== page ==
PRINCE OTMAN, launched as MAUNA LOA, was a luxury steam yacht commissioned by textile magnate Henry Calvert and designed by William Stoba of Camper and Nicholson of Southampton. She was built in 1907 by J. Armour and Sons of Fleetwood, and named after the Hawaiian volcano which erupted in that year. She was fitted out to the highest specification using pitch pine on oak, with teak for the superstructure and Honduras mahogany for the accommodation. Her twin screw engines were provided by local engineer, James Robertson & Sons and her hull was lined with copper.
From launch MAUNA LOA was skippered by Captain Robert Rawlinson. At the start of the First World War Calvert offered her for service. His offer was accepted; she was chartered by the Navy for the sum of £2 7s 0d. per day, and alterations were made. She was fitted with a strong belting, and she was loaded deeper into the water so that she could tow barges. This she did, up and down the River Mersey. Captain Rawlinson managed to stay in charge of her during the war by enlisting as a Lieutenant in the Royal Naval Volunteer Reserve.
MAUNA LOA did other work for the Navy in the same area, but later she was used as a minesweeper in the English Channel and around the Irish Sea. On her return from service she was in a bad way, with a broken mast, and she had been painted battleship grey. Henry Calvert, the owner, had her fully restored to her former glory.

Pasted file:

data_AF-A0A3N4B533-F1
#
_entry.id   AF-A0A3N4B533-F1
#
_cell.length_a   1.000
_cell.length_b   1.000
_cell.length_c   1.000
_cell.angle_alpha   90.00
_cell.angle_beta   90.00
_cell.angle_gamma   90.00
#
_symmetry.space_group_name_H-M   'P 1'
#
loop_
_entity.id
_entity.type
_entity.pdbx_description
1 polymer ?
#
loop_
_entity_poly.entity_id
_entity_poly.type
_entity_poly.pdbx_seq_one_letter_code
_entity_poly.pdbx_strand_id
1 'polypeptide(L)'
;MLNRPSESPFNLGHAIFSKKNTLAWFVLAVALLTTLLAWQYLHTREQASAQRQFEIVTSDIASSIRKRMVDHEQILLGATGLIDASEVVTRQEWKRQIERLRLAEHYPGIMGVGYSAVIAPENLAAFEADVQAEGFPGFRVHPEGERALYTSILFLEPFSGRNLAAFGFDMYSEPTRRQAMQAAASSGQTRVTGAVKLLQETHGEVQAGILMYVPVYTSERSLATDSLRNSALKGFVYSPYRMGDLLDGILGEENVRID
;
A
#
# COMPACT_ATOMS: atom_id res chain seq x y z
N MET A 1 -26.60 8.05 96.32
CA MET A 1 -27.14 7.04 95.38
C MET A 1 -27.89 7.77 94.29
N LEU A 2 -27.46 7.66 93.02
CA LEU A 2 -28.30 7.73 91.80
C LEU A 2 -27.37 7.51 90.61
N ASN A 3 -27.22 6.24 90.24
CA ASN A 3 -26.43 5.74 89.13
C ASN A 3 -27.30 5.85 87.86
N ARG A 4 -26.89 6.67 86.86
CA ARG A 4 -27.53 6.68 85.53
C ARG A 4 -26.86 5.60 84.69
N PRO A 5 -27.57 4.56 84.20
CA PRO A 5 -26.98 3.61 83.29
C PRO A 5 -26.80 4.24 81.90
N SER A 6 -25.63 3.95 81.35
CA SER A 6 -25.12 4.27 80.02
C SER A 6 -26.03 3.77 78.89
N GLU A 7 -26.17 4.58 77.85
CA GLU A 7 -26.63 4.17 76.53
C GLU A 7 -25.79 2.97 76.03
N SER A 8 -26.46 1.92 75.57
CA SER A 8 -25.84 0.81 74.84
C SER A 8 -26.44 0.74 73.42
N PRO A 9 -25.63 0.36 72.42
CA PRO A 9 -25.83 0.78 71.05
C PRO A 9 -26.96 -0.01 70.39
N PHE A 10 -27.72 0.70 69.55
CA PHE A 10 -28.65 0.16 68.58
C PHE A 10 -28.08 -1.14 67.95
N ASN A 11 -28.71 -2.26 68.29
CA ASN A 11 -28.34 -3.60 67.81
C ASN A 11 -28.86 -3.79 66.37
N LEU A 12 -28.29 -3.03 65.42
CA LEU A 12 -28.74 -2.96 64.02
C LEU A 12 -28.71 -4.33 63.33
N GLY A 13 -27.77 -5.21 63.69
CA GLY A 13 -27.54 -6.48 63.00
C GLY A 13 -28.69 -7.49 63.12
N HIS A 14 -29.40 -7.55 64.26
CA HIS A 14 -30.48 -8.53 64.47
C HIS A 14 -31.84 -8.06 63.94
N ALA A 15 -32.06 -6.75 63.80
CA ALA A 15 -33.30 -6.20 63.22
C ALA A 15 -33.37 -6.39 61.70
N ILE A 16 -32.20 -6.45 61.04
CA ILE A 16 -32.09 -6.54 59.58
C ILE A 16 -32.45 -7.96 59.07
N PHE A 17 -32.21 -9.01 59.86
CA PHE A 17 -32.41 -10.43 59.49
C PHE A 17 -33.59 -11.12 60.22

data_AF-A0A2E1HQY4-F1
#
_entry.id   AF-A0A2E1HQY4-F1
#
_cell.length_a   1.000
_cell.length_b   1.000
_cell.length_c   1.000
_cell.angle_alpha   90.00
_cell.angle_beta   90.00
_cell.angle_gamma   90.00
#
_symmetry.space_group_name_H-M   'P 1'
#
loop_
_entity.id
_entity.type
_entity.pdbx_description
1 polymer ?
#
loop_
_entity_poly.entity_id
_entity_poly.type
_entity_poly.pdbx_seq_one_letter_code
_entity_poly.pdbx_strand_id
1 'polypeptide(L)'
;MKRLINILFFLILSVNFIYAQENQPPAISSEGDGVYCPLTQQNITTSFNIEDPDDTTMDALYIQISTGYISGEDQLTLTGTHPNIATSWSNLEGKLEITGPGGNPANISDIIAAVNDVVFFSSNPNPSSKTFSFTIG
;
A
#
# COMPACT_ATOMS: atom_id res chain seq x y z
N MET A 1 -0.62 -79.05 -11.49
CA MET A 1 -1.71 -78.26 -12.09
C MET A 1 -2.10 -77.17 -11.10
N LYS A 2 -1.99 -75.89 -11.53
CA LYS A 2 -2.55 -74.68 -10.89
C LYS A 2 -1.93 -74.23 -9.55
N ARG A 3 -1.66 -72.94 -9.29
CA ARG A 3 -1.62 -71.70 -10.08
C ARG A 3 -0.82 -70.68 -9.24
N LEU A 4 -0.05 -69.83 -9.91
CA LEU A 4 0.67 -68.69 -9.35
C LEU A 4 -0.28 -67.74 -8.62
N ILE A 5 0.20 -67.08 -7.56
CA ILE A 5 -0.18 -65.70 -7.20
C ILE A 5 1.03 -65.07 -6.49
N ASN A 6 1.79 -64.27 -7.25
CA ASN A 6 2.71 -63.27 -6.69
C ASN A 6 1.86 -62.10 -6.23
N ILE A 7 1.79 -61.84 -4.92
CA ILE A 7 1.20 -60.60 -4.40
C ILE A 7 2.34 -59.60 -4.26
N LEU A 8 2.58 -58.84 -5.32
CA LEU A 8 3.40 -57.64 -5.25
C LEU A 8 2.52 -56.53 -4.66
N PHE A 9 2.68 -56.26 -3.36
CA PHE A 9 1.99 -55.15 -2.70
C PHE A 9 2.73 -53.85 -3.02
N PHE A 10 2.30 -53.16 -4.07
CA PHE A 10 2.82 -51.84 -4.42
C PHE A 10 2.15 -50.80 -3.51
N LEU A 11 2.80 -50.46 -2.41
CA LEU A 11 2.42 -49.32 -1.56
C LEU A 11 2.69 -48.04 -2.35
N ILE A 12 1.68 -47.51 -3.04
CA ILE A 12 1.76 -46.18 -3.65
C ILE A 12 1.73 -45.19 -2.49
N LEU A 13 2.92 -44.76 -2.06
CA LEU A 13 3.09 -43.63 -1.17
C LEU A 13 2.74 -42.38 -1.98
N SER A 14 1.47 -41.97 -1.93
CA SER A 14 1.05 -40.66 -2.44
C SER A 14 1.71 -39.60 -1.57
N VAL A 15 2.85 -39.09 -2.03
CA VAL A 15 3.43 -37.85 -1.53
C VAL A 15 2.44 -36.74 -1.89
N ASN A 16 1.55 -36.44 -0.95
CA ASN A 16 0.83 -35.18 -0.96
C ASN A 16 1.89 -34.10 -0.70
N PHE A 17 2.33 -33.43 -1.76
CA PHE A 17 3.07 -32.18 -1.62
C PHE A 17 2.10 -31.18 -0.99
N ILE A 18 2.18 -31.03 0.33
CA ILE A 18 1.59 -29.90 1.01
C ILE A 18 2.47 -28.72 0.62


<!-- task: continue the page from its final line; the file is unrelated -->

Upon Henry Calvert’s death in 1922, Robert Rawlinson purchased MAUNA LOA himself. But in 1924 she was sold again, this time to Charles Henry Alexander, 6th Marquis of Anglesey, and was based for many years in Beaumaris. In 1931 she had a major refit at Southampton, which included replacing her steam engines for petrol. At the beginning of the Second World War she was converted into an ‘armed yacht’ with a machine gun mounted on the foredeck.
She had two further refits at Southampton, in 1947, when she was converted to diesel engines, and again in 1955. By the 1970s, she was operating in Gibraltar and Alicante, before moving to Palma. She gradually deteriorated under several owners, until she was sold in 1984 to Raymond Wells. Two years into a major refit she was badly damaged by a hurricane. Mr Wells continued her restoration over some years, and eventually sold her in 1994.
In 2001, after extensive modernisations she changed her name to ILONA OK KYLESKU under the ownership of the Duke of Westminster, and in 2012 changed again to her present name.
Where is she now?
PRINCE OTMAN, is privately owned and based in the western Mediterranean.
Mauna Loa (1989) Mediterranean Motor Boat.
Mauna Loa (1992) Boat International.
Sharp, N. (2004) ‘Back in the line of duty’, Classic Boat, 38-42.